SCOTTISH Rugby chief executive Mark Dodson has called for consistency from the game’s governing body after confirming he was appealling the three-match bans handed out to Jonny Gray and Ross Ford by World Rugby.
The Scots are contesting the length of the ban rather than the judgment itself which suggests the best they can hope for is a reduction in suspension to one week, which would allow one or both of the players to be available for the World Cup semi-final should Scotland defeat Australia in Sunday’s quarter-final at Twickenham.
The mood in the camp is downbeat, however. Coach Vern Cotter is resigned to facing the Wallabies with just two recognised locks in his 23-strong matchday squad, with fingers crossed that both Richie Gray and Tim Swinson go the distance if needs be.
Jonny Gray and Ford were banned following an incident at a breakdown in Saturday’s Pool B clash with Samoa in which their flanker, Jack Lam, landed awkwardly. The case came to light following the intervention of the Independent Citing Commissioner and subsequent ruling by the Judicial Officer, Christopher Quinlan QC.
Dodson said: “We hold Ross and Jonny in very high regard and as a result will be launching a robus appeal to challenge their suspensions, which we feel are unduly harsh.
“I have raised their case with [World Rugby chief executive] Brett Gosper and asked for consistency in how such incidents are punished.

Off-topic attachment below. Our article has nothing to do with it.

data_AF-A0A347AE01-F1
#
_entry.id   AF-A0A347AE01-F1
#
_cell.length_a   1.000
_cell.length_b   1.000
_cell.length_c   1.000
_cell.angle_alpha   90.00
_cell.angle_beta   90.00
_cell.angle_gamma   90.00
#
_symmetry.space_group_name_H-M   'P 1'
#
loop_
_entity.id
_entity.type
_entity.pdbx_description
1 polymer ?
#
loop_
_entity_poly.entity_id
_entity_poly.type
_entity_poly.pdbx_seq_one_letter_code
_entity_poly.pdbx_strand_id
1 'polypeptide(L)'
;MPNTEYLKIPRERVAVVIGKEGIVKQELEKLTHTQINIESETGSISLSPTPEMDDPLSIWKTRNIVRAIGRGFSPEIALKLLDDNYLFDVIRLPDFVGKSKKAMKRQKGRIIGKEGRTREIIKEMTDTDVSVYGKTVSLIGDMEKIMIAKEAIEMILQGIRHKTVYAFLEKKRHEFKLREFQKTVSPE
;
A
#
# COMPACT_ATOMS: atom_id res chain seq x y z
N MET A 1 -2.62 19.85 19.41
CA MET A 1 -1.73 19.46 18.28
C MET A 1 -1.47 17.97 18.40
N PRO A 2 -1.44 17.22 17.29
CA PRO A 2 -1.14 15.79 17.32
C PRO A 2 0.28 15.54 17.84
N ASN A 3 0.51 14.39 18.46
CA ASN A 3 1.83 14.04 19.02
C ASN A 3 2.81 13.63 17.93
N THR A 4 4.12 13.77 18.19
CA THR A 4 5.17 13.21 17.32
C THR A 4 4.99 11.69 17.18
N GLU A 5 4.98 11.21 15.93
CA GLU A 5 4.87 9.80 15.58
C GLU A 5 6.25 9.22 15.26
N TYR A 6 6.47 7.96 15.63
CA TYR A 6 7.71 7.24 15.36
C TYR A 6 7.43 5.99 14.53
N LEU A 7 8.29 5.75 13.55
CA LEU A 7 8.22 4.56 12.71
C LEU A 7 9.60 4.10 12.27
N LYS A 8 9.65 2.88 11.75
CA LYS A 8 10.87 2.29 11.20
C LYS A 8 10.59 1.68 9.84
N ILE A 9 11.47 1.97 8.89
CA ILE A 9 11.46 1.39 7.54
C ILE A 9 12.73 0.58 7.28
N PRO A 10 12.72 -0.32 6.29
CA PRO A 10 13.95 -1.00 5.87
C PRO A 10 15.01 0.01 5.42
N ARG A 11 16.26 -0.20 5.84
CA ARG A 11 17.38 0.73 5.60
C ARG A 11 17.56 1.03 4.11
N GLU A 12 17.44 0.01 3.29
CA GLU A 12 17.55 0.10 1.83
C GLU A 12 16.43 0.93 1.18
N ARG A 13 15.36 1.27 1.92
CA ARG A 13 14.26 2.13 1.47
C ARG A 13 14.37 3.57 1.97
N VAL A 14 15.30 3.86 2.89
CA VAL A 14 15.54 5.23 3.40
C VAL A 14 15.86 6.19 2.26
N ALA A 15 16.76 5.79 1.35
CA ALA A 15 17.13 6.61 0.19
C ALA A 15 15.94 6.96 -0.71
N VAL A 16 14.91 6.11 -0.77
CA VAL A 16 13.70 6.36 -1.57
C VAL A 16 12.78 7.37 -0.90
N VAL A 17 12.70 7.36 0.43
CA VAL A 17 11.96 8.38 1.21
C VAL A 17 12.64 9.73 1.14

“It is clear other Unions are also seeking better clarity on the use of citing and the interpretation of how key areas ofthe game are scrutinised and the subsequent levels of punishment set.”
The SRU also stressed that “both players have exemplary records” and that “their actions had no malice or harmful intention”.
“Ross and Jonny have both expressed their surprise and disappointment at the three-week suspension which has been handed down,” the statement added.
The full transcription of the original hearing was made available online and highlighted the deep-rooted problems which blight this World Cup, namely that a QC can ignore the opinion of a highly regarded, top-flight international referee of many years standing such as Jaco Peyper, who gave his testimony to the hearing by telephone.
Pyper stated: “I can confirm I indeed saw the incident live referred to in the citing complaint. Samoa No 7 found himself in position competing for the ball with his head below his hips already. The Scotland arriving players, Scotland 5 and 2 in an attempt to remove the threat to possession as per normal and in the dynamics lifted Samoa 7’s legs and he tumbled over, However the player supported on his hands through out. After our internal performance review process I am satisfied that that I dealt with the incident appropriately.”
Peyper awarded Samoa a penalty because a Scottish player was holding on to the ball and he didn’t speak to either Ford or Gray about the incident involving Lam.
The QC, Quinlan, stated that the last line of Peyper’s testimony was inadmissible because it was opinion and the referee could only contribute fact and, as such, he ignored it.
In a witness statement Lam stated that he had no particular recollection of the incident and he was not injured during it.
At just 21, Gray will, hopefully, have a good few opportunities in front of him, but Ford will be 35 when the 2019 Rugby World Cup takes place in Japan and this is probably his last kick at the ball.
Brett Gosper, the chief executive of World Rugby, tweeted yesterday: “We will review all aspects of #RWC2015 (disciplinary included) post comp. Always open to and seeking improvement.”
That will be too late to help either Scot.